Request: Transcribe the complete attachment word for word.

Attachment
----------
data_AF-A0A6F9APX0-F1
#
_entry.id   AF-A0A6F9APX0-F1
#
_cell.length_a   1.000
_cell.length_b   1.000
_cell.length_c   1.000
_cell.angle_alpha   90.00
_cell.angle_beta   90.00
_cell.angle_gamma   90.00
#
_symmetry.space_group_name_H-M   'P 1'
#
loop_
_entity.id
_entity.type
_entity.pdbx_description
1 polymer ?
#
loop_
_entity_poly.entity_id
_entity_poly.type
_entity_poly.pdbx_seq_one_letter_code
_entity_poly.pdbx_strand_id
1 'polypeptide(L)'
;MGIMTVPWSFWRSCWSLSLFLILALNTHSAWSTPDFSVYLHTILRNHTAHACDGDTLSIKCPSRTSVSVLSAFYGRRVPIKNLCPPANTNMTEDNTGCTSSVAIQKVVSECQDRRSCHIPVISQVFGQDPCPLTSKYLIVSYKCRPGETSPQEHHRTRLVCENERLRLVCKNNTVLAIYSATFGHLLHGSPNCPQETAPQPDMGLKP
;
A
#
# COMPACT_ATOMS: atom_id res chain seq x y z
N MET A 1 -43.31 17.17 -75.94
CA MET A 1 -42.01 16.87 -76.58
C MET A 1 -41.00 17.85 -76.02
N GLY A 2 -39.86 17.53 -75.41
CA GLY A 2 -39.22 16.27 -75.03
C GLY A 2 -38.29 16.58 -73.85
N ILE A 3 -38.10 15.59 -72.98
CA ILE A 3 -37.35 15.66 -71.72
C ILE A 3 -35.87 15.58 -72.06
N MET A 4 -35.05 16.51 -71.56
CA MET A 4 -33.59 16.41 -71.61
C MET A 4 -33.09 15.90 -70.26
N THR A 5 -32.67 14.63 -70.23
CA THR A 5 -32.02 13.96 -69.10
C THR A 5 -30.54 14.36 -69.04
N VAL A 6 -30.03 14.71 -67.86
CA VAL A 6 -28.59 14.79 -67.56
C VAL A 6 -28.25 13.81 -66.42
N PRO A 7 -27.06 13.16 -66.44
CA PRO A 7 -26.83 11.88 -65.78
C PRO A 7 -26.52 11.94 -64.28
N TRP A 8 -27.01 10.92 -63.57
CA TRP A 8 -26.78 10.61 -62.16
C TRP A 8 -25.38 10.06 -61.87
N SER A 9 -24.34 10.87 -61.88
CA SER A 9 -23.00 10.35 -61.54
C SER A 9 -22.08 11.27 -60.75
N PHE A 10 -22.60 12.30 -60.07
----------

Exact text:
data_AF-A0A6F9APX0-F1
#
_entry.id   AF-A0A6F9APX0-F1
#
_cell.length_a   1.000
_cell.length_b   1.000
_cell.length_c   1.000
_cell.angle_alpha   90.00
_cell.angle_beta   90.00
_cell.angle_gamma   90.00
#
_symmetry.space_group_name_H-M   'P 1'
#
loop_
_entity.id
_entity.type
_entity.pdbx_description
1 polymer ?
#
loop_
_entity_poly.entity_id
_entity_poly.type
_entity_poly.pdbx_seq_one_letter_code
_entity_poly.pdbx_strand_id
1 'polypeptide(L)'
;MGIMTVPWSFWRSCWSLSLFLILALNTHSAWSTPDFSVYLHTILRNHTAHACDGDTLSIKCPSRTSVSVLSAFYGRRVPIKNLCPPANTNMTEDNTGCTSSVAIQKVVSECQDRRSCHIPVISQVFGQDPCPLTSKYLIVSYKCRPGETSPQEHHRTRLVCENERLRLVCKNNTVLAIYSATFGHLLHGSPNCPQETAPQPDMGLKP
;
A
#
# COMPACT_ATOMS: atom_id res chain seq x y z
N MET A 1 -43.31 17.17 -75.94
CA MET A 1 -42.01 16.87 -76.58
C MET A 1 -41.00 17.85 -76.02
N GLY A 2 -39.86 17.53 -75.41
CA GLY A 2 -39.22 16.27 -75.03
C GLY A 2 -38.29 16.58 -73.85
N ILE A 3 -38.10 15.59 -72.98
CA ILE A 3 -37.35 15.66 -71.72
C ILE A 3 -35.87 15.58 -72.06
N MET A 4 -35.05 16.51 -71.56
CA MET A 4 -33.59 16.41 -71.61
C MET A 4 -33.09 15.90 -70.26
N THR A 5 -32.67 14.63 -70.23
CA THR A 5 -32.02 13.96 -69.10
C THR A 5 -30.54 14.36 -69.04
N VAL A 6 -30.03 14.71 -67.86
CA VAL A 6 -28.59 14.79 -67.56
C VAL A 6 -28.25 13.81 -66.42
N PRO A 7 -27.06 13.16 -66.44
CA PRO A 7 -26.83 11.88 -65.78
C PRO A 7 -26.52 11.94 -64.28
N TRP A 8 -27.01 10.92 -63.57
CA TRP A 8 -26.78 10.61 -62.16
C TRP A 8 -25.38 10.06 -61.87
N SER A 9 -24.34 10.87 -61.88
CA SER A 9 -23.00 10.35 -61.54
C SER A 9 -22.08 11.27 -60.75
N PHE A 10 -22.60 12.30 -60.07